There is a large amount of security data that we can obtain from our various network appliances, such as our firewalls and intrusion detection and prevention systems. In this lesson, we're going to focus on a review of firewall logs to determine the security posture of our networks. Now, this lesson and this course assume you already are familiar with the basic functions of a firewall and the basic configurations of one because you've already taken Network Plus and Security Plus in your past studies. As you probably remember, a firewall is designed to provide you with a line of defence at the network's boundary to limit the types of traffic that passes in and out of a given network. It usually does this by using an access control list. An access control list is a list of permitted and denied network connections based on either an IP address, a port, or the applications in use. As you start to analyse firewall logs, you're going to notice that they provide you with four types of useful security data. First, they provide you with connections that are either going to be permitted or denied. You can start noticing these patterns within the logs, and this will help you identify holes within your security posture. Second, they have port and protocol usage. This is going to tell you what ports and protocols are being used on your network, which ones you want to allow,and maybe which ones you want to start blocking. Third, your logs can show you bandwidth utilisation with the duration and the volume of usage for particular connections. This way, you can break down connection by connection, user by user, department by department, or server by server, and figure out which ones you want to focus on. And fourth, they provide you with an auditlog of all of the address translations, whether they're network address translations or port address translations, that have occurred within your networks. If you ever find yourself responding to an instantresponse, you're going to find yourself going through these firewall logs to determine which hosts had that particular IP at any given time, especially since so many enterprises use DHCP for their internal addressing. So what does a firewall log look like? Well, each firewall log format is going to be different based on the vendor that you're using. Each one has its own specific format. I'm going to cover two tools and show you what their logs look like. First, Iptables. Iptables is a Linux-based firewall that uses the Syslog file format for all of its logs. This is what they look like, as you can see here on the screen. As you can see, there is a lot of detail inside, and this is just two lines out of a log. Now, each of these indicates one attempted connection, either going in or out. And we're going to walk through these logs to make sure you understand how to read them. Each log entry is prefixed with a timestamp,a device ID or hostname, and a facility, which is usually going to be the kernel. After that, each log rule is going to have a logprefix value or a log level and this will tell you which rule is being applied when this was logged. In this case, you see Iptables input drop, which tells me this was a drop rule that was being applied. Now, in this area, sometimes you also have an analogue level value which will tell you from zero to seven on the syslog scale what it is. I'll talk about those a little bit more later on. In this particular log, you don't see that being shown. Following the header values, we then have the actual contents of the log message. This includes a lot of attribute value pairs,each one delivered by commas or spaces. Following that header information, we are going to have a set of attribute pairs showing the attribute equalsvalue as it goes through, and each one is going to be in a deliminated format. Now here you can see the first ones we have are our interfaces. This is going to tell us which firewall host interfaces were involved. In this case, it was an inboundinterface called ETH zero, or Ethernet zero. There was no outbound because this was something attempting to get into our network. Next we have which Mac addresses are involved, both the source and the destination. After that, we have the source and destination IP addresses and this is going to be logged as well. After you have that, you're going to have some information about the packet itself. This will include things like its length, the tos, the precedent, the time to live and lots of other details. You'll also see the protocol used. Was it TCP or UDP? You'll see what the source port was and the destination port is. You'll see the window and all the other information that is important to you as you look at that packet header. Now as we take a look at these two packets that were dropped, the first one on the top is actually showing a destination port of 23. So as something was trying to come into our network,the firewall saw it was destined for port 23, which is telnet, and said "I don't have a telnet server,that port doesn't open and it dropped this packet." Now the second one on the bottom, as you can see, is a destination port of 21. Similarly, there's no FTP store being run. This port was closed, so the firewall is going to drop it and reject that request. This is what it looks like when you start looking for something in IP tables in the syslog format. Now earlier, I mentioned that there was a syslogvalue that could be used anywhere from zero, which is emergency, up to seven, which is debug. Here on the screen you can see all the categories from zero to seven. This chart should be reviewed for you because it is covered in Network Plus and Security Plus. I'm putting it here on the slide just for your reference because you may see questions about this on the exam. Now, as I said, this syslog format is used by Iptables and Linux. But what if you're using a Windows firewall? Well, Windows uses a Windows-based firewall that uses the W3C extended log file format. Now, here's what this looks like. The nice thing about the Windows Firewall log format is that it is a lot easier to read because they put comment lines above it. So it tells you right off the bat. What software are you running? In this case, the Microsoft http server API 20. What version of the software are you running? What was the date this file was written? So, what other fields are there? And this is really important because this is your key to the next piece of information as you go through the logs. That last line that you see on my screen is the log file itself. Now, all the information above is the beginning of that log file that shows comments. But as we start logging multiple things,we're just going to get repeats of that bottom line with the different details. So let's go ahead and read through that. Notice that we have that commented line of fields? It tells us exactly what is being covered here. So first we have the date and you can see the matching date, 2002, five, two. Then we have the time, in this case, 1742 and 15 seconds. Then we have the client IP. Where was this request coming from? In this case, 100 and 322-225-5255. Then we have the client's username. In this case, we didn't have one. So it just shows up as a dash. Then we have the server IP. In this case, that's 107, 23255, and 255. And then we have the server port we're trying to connect to, in this case, port 80. Then we have the method, and this is going to be the client method that was used in this case. It was the Get method, which we talked about in the previous lesson when we talked about the HTTP methods. After that, we have the client Uri stem. What resource was it trying to access? In this case, it was the picture.jpeg file inside the images directory. And then we have the Csuri query. And in this case, it has a dash because there was no query being made. If we were using something like a postmethod instead, we would have a query associated with it and that would be shown here. And then we have our SC status. And if you remember back in our HP lesson,we talked about the fact that 200 meant it was okay, it was a successful status. So this tells me this get request actually worked; they were able to access that server and get that file that they wanted and have it downloaded. The final thing we have is what's called our client user agent. And this is that long string there at the bottom. This is Mozilla, and then it tells us some information about it. So by reading this, I know that they're using the Mozilla browser. In this case, it's most likely Firefox. And it also tells me what type of client it was used on. In this case, the Windows 2000 server This gives me some details about the client that was actually accessing this andgoing through the firewall making this attempt. So before we go any further, I want to take a quick pause and talk about a quick exam tip for you. For the exam, you should feel comfortable reading these types of logs. You need to be able to understand what has occurred. For example, if on the exam they give you five to ten lines from the Windows Firewall log, you should be able to tell if the client requested a file from the server if that request was successful. For example,did they get that status code 200? Or if a post request was successful, send a file to a remote server. You don't have to be a firewall expert here,but you do have to have a solid understanding of reading these Iptable logs and these Windows Firewalllogs because that is going to be essential to you passing the Cystlex exam. All right, so we have all these log files, and we start collecting a tonne of data. What do we do with it? Well, the first thing you should do is employ a log collection tool to gather the large volume of firewall logs for later analysis. You can't have them sitting on one single machine because if that machine goes down, you lose all the logs. Also, a single machine probably can't hold all these logs because there is so much data here. Now, one of the big things is that you can become overloaded with information, so you have to scope your logging properly. How much do you really want to log? What are the important things to log? Where are you going to place these sensors? Where are you going to place these firewalls to collect the information and provide the best protection? These are all things you have to think about. If you don't think about this, and you don't scope your logging properly and you try to log everything, you may become overloaded with events and it may make it really hard to analyse later, or your system can actually be blinded. And this is known as a blinding attack. A blinding attack is a condition that occurs when a firewall is under-resourced and it simply can't log all the data fast enough. And therefore, some of that data is going to be missing in the logs and you're not going to be able to analyse it later. Another thing you have to determine is how long you're going to retain these logs. Log retention should be determined by the number of events that are being generated and your available storage capacity. But it also has to be determined based on your business case. If you have a business case to keep all these logs, then you may need to buy more storage capacity to be able to handle that. For example, if you've been attacked in the past and you want to be able to go back and look at that, if you don't have long-term retention, you're not going to be able to do that. So some companies might say they're willing to keep logs for three months. Some say six months, some say twelve months, some say forever. It really depends on your organisation and what you're willing to spend. Now, if you have the threat of an apt, remember that, on average, an apt can be in your network for five, six,or seven months before you ever determine they're there. And that means you probably need to keep your logs for at least six to twelve months, so you have an opportunity to find out how they got in and how you can stop them next time. Now, I get asked a lot by students. How do I practise this stuff? Jason, where can I find the log files? Well, one of the best things to do is actually set up your own firewall on your home network. This way, you can turn it on and start analysing those files. And if you want to do this,there's a great tool called Pfsense. Pfsense is a unified threat manager, which includes a firewall, and it is a free open source program. You could take an old laptop or an old desktop, install Pfsense on it, and run it to protect your network. You'll also be able to log that information, go through those logs, and be able to determine what they look like and get comfortable reading them. There is nothing better than reading real world logs to get a real sense of what's going on out there and really get yourself better at doing this.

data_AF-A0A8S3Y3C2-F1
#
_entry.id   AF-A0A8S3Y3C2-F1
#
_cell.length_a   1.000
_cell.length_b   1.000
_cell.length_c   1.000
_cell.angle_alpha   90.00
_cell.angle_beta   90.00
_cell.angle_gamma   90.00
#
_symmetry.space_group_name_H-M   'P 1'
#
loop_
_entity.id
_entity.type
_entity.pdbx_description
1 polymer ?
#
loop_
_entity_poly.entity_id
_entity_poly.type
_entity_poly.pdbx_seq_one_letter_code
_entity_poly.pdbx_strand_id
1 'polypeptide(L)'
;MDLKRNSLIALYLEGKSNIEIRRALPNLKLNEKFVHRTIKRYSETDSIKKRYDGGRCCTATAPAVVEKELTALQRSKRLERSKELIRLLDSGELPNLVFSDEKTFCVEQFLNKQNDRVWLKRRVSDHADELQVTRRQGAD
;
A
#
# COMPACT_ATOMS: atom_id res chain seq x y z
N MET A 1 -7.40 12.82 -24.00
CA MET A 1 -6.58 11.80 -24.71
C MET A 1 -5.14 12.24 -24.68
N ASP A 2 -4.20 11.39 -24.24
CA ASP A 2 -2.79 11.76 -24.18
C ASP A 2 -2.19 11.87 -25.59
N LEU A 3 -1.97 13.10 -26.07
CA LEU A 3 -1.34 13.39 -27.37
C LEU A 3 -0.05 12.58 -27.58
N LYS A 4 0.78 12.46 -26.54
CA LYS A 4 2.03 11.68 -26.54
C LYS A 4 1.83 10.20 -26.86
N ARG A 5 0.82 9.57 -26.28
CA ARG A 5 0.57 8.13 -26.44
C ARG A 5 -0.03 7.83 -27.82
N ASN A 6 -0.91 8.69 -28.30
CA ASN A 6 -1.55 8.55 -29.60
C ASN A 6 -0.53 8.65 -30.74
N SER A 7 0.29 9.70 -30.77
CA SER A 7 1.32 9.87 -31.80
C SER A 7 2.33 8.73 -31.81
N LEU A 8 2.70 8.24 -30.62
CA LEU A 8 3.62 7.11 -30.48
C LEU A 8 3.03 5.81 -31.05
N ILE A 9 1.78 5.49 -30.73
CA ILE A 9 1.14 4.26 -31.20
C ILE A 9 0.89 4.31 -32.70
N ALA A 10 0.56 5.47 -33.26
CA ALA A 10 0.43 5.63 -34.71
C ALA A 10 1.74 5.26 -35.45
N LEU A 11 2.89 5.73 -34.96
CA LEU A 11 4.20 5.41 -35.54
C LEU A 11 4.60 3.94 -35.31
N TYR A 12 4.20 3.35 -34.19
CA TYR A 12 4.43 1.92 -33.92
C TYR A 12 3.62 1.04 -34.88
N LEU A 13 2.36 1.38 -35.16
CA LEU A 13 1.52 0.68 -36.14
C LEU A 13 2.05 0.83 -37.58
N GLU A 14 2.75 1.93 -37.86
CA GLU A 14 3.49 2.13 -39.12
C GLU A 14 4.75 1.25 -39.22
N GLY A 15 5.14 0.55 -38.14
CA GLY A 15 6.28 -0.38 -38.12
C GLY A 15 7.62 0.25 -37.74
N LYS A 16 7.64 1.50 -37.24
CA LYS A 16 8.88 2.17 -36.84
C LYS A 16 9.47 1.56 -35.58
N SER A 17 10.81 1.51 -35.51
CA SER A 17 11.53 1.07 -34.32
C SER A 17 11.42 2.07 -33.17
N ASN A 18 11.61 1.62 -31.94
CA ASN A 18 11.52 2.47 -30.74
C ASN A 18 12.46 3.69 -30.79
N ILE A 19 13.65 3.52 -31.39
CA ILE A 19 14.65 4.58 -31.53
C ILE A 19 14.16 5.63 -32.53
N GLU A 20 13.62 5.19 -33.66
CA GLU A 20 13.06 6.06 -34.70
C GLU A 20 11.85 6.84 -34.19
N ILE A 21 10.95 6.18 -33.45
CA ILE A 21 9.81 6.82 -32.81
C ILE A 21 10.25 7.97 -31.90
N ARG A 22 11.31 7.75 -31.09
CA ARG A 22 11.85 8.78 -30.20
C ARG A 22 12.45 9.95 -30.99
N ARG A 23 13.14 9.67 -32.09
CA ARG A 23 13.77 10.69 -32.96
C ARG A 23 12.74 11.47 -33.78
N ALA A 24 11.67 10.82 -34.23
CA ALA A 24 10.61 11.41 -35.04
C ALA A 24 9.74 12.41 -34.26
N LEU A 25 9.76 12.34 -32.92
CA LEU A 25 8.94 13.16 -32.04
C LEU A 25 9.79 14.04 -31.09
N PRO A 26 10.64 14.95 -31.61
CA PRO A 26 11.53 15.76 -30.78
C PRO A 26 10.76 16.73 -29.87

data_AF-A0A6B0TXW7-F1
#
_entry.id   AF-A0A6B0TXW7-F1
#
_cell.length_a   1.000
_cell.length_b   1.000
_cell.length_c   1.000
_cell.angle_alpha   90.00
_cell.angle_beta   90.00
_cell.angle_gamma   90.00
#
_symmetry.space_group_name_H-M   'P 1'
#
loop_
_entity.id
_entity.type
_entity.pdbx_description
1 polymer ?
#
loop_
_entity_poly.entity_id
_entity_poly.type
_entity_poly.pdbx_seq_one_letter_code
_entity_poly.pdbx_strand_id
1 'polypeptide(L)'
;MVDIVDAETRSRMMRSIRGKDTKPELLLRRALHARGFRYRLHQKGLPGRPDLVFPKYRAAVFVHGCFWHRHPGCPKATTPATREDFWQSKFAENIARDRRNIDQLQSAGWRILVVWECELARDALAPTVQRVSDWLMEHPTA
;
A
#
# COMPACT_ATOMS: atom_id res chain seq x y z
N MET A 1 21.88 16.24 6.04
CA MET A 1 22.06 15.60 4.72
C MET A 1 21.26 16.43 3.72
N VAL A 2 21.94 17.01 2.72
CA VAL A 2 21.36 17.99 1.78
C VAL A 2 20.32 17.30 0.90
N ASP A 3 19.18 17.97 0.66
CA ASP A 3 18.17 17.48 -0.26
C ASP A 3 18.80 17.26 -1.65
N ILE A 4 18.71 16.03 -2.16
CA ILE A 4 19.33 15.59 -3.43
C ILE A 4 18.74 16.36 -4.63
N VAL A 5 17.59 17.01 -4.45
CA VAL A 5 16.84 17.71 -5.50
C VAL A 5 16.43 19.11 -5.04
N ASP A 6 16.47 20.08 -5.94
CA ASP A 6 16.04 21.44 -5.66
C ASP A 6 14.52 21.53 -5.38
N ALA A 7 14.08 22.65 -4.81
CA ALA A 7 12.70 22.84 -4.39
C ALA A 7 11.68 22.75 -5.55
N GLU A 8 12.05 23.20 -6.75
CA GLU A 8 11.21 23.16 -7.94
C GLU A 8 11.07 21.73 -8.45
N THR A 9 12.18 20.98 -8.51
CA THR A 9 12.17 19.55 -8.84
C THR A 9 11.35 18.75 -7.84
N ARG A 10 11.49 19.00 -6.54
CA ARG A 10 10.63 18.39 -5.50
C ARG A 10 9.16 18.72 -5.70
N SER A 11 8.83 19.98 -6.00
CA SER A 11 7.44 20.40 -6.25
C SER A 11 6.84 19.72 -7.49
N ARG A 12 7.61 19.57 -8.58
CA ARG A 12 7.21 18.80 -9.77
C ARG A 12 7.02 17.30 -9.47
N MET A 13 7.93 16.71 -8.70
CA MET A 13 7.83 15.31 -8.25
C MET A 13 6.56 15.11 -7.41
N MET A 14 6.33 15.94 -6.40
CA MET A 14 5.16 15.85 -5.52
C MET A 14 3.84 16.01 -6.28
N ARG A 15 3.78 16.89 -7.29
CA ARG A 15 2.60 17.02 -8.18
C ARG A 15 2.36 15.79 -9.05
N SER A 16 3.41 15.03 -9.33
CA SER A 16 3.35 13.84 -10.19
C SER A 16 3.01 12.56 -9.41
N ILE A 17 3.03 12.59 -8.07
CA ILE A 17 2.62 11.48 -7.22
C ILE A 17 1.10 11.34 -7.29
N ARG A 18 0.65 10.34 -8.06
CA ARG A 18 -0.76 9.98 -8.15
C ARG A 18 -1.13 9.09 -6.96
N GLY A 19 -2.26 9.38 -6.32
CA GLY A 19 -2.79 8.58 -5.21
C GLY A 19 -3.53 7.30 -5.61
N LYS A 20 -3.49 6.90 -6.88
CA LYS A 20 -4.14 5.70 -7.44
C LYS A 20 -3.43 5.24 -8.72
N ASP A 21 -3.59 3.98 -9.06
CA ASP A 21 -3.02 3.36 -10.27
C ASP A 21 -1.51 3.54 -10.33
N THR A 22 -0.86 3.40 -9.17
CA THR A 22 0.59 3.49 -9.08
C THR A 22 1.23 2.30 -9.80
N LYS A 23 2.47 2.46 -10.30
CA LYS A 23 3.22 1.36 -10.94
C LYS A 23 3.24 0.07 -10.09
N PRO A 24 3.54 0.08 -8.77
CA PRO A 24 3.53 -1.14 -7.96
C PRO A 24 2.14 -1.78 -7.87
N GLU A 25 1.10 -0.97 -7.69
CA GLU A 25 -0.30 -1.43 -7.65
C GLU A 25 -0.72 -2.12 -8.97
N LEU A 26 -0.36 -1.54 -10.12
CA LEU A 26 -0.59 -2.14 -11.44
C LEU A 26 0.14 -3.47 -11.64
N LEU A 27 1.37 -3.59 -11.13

3. Proxy Logs (OBJ 3.1)

Proxy logs In this lesson, we're going to discuss proxy logs. Now, going back to your earlier certification studies,you should remember that a proxy server acts as a gateway between you and the Internet. Basically, it's an intermediary server that separates the end users from the websites they're trying to browse. Proxy servers are going to provide varying levels of functionality, security, and privacy, depending on your needs, case, and company policy. Now the first type of proxy server we have is what's known as a forward proxy. A forward proxy is a server that mediates the communications between a client and another server, and it can filter or modify communicationsand provide caching services to improve performance. Now, basically, a forward proxy is going to act on behalf of your internal host or workstation and forward their HTTP request to the intended destination. Basically, when I'm sitting at work, I'm on my computer. It's going to go from me to the proxy server and then from the proxy server to the website I want to connect to. Proxies can now be classified in one of two ways. They can either be non-transparent or transparent. When I talk about a nontransparent proxy, this is a server that redirects requests and responses from clients configured with the proxy address and their port. Now these nontransparent proxies are ones where you know there's a proxy there. If you go into your Internet settings of your browser,you're going to see that there is a proxy configured and that your traffic is going from you to that proxy and from that proxy out to the Internet. On the other hand, we now have transparent proxies. These are forced or intercepted proxies. This is when a server redirects requests and responses without the clients' being explicitly configured to use it. This is often used if you want to make sure your employees aren't turning off your proxy because this is done at a network layer. So all the machines are going to go through this transparent proxy, not just the ones that are configured for it. An analysis of your proxy logs can reveal a lot of information for you about the exact nature of these different web requests. This includes websites that the users visit and the contents of each request. By using a proxy server and logging all this information, you can actually understand exactly what your users are doing, which websites they are going to, and how long they spend there. Now a proxy is going to use different log formats depending on the proxy you're using. But one of the most common is the common log format. This is the same one used by web servers. We took a look at this earlier when we looked at the Microsoft logs on the firewall lesson. Here again, you see the information in those last couple of lines. This tells you the date, the time, the destination, the type of request it was, what port it went to,what the action was, and things like that. This is the same type of log file that we talked about when we talked about Windows firewalls. Inside this you'll see information like the user ID of the client when it's authenticated to the proxy. The request method that was being used, like a get or post request, will tell you the status code,such as status code 200 or 403 or 404, and the size of the invites and the type of information that was returned to the client, whether it was a text file or a picture or something like that. Now proxies that are set up to intercept or block traffic can also record the rule that their request matched to determine the employee's intent. So if somebody is going out and trying to access something, you can determine if there is malicious intent or harmless intent. Let's take a look at an example here. Here on the screen you can see a Squid access table. This comes from a Squid log programme, which is a proxy server. Now here, if we start from the bottom up, we go from the oldest entries to the newest entries. As we look through these logs, what do we think is happening here? Well, as we start looking, we start seeing this website, 550.web.net. And you can see there was a code 200. If you remember back to our HTTP lesson, code 200 means a successful attempt. So this was an okay permitted-access action at this particular time. About seven minutes later, they tried again, and instead they went to www.fiveonefiveweb.net. And again, this was allowed. About 90 seconds after that, we see they try to go back to that same website, www.550.web.net. And you'll notice here there's a 403 error. What happened? It's different. Well, between those 90 seconds, somebody released a policy update, and it told the proxy server, from now on, that website is considered something that's not allowed,and so it's being blocked by the proxy. And you can see that there with TCP underscoredenied as the status and a 403 error. This is just some of the information you can find when looking through these proxy logs. This particular snippet only shows a couple of the columns. You're not seeing all the content and mime data inside of those requests. I just showed you the status of the address, the IP address, and the date for this particular example. Another type of proxy we have is known as a reverse proxy. And this is a type of proxy server that protects servers from direct contact with client requests. The idea of the reverse proxy is to provide for protocol-specific inbound traffic. When we get a request from the public internet, it goes to the proxy server first. Then that proxy server can create the appropriate request to the internal server, whether it's a mail server, or an aweb server, or something like that, get that request and send it back to the external client. This means the external client never directly touches your servers. It only touches your proxy server. And this can help protect things from malicious traffic. Now, the other great thing about doing this is that you get a great source of logs right at that reverse proxy that you can analyse for indicators of attacker compromise, such as malicious code in HTTP Request headers or URLs. This way, you have a single point to check all those logs because everything is going in through that proxy. Anything from the outside Internet coming into your network has to be able to touch one of your internal servers. So this is a great way to do this. Now, here on the screen you can see another example of a Squid log from a proxy server. This one comes from a reverse proxy. Notice everything coming in from the IPS is an external IPS. Every destination is an internal server, and the proxy here is in the middle. And it's the one that's seen the information passing those requests back and forth from the external side over to the internal server. That way, your internal servers only touch your proxy server. They do not touch the external client directly. And this gives us a single point where we can start looking at all of the status messages and start doing statistical analysis of those different responsecodes to be able to identify any suspicious trends or anomalous deviations from the baseline traffic.